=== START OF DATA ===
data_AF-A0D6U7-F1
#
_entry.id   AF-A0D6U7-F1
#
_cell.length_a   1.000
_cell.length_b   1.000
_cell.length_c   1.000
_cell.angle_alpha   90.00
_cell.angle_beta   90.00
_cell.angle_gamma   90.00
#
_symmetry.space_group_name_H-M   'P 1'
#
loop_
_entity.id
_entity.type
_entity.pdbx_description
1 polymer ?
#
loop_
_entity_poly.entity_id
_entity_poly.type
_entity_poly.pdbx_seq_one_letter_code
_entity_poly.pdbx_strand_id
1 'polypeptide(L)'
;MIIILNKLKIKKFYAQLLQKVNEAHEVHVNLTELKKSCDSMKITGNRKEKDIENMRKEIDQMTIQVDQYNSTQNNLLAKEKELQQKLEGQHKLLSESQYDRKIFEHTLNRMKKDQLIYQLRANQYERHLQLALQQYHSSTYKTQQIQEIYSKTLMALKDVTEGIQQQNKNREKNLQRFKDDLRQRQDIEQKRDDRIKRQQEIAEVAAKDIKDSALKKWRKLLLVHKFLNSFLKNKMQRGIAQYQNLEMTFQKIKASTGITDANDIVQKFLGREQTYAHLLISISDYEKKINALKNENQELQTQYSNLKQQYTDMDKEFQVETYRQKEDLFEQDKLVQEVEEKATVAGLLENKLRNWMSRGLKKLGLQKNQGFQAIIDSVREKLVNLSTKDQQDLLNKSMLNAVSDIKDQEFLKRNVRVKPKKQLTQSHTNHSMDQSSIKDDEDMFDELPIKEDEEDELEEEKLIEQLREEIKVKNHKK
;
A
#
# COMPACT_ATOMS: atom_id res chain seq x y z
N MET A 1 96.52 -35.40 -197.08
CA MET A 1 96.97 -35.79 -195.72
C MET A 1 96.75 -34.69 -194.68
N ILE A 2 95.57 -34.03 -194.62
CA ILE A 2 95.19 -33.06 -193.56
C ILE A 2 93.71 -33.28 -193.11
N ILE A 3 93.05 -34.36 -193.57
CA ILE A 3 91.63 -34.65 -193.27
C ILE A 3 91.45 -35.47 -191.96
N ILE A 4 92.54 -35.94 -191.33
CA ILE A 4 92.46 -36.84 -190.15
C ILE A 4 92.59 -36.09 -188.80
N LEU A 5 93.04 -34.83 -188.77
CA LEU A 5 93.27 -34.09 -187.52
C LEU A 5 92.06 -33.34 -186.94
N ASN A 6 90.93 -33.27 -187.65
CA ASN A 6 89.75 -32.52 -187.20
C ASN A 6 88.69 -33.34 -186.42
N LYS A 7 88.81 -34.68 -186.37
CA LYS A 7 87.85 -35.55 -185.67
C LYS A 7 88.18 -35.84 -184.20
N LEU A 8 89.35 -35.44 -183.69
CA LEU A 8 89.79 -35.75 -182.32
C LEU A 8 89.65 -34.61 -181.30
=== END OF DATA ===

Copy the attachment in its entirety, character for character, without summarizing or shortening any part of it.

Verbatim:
data_AF-A0D6U7-F1
#
_entry.id   AF-A0D6U7-F1
#
_cell.length_a   1.000
_cell.length_b   1.000
_cell.length_c   1.000
_cell.angle_alpha   90.00
_cell.angle_beta   90.00
_cell.angle_gamma   90.00
#
_symmetry.space_group_name_H-M   'P 1'
#
loop_
_entity.id
_entity.type
_entity.pdbx_description
1 polymer ?
#
loop_
_entity_poly.entity_id
_entity_poly.type
_entity_poly.pdbx_seq_one_letter_code
_entity_poly.pdbx_strand_id
1 'polypeptide(L)'
;MIIILNKLKIKKFYAQLLQKVNEAHEVHVNLTELKKSCDSMKITGNRKEKDIENMRKEIDQMTIQVDQYNSTQNNLLAKEKELQQKLEGQHKLLSESQYDRKIFEHTLNRMKKDQLIYQLRANQYERHLQLALQQYHSSTYKTQQIQEIYSKTLMALKDVTEGIQQQNKNREKNLQRFKDDLRQRQDIEQKRDDRIKRQQEIAEVAAKDIKDSALKKWRKLLLVHKFLNSFLKNKMQRGIAQYQNLEMTFQKIKASTGITDANDIVQKFLGREQTYAHLLISISDYEKKINALKNENQELQTQYSNLKQQYTDMDKEFQVETYRQKEDLFEQDKLVQEVEEKATVAGLLENKLRNWMSRGLKKLGLQKNQGFQAIIDSVREKLVNLSTKDQQDLLNKSMLNAVSDIKDQEFLKRNVRVKPKKQLTQSHTNHSMDQSSIKDDEDMFDELPIKEDEEDELEEEKLIEQLREEIKVKNHKK
;
A
#
# COMPACT_ATOMS: atom_id res chain seq x y z
N MET A 1 96.52 -35.40 -197.08
CA MET A 1 96.97 -35.79 -195.72
C MET A 1 96.75 -34.69 -194.68
N ILE A 2 95.57 -34.03 -194.62
CA ILE A 2 95.19 -33.06 -193.56
C ILE A 2 93.71 -33.28 -193.11
N ILE A 3 93.05 -34.36 -193.57
CA ILE A 3 91.63 -34.65 -193.27
C ILE A 3 91.45 -35.47 -191.96
N ILE A 4 92.54 -35.94 -191.33
CA ILE A 4 92.46 -36.84 -190.15
C ILE A 4 92.59 -36.09 -188.80
N LEU A 5 93.04 -34.83 -188.77
CA LEU A 5 93.27 -34.09 -187.52
C LEU A 5 92.06 -33.34 -186.94
N ASN A 6 90.93 -33.27 -187.65
CA ASN A 6 89.75 -32.52 -187.20
C ASN A 6 88.69 -33.34 -186.42
N LYS A 7 88.81 -34.68 -186.37
CA LYS A 7 87.85 -35.55 -185.67
C LYS A 7 88.18 -35.84 -184.20
N LEU A 8 89.35 -35.44 -183.69
CA LEU A 8 89.79 -35.75 -182.32
C LEU A 8 89.65 -34.61 -181.30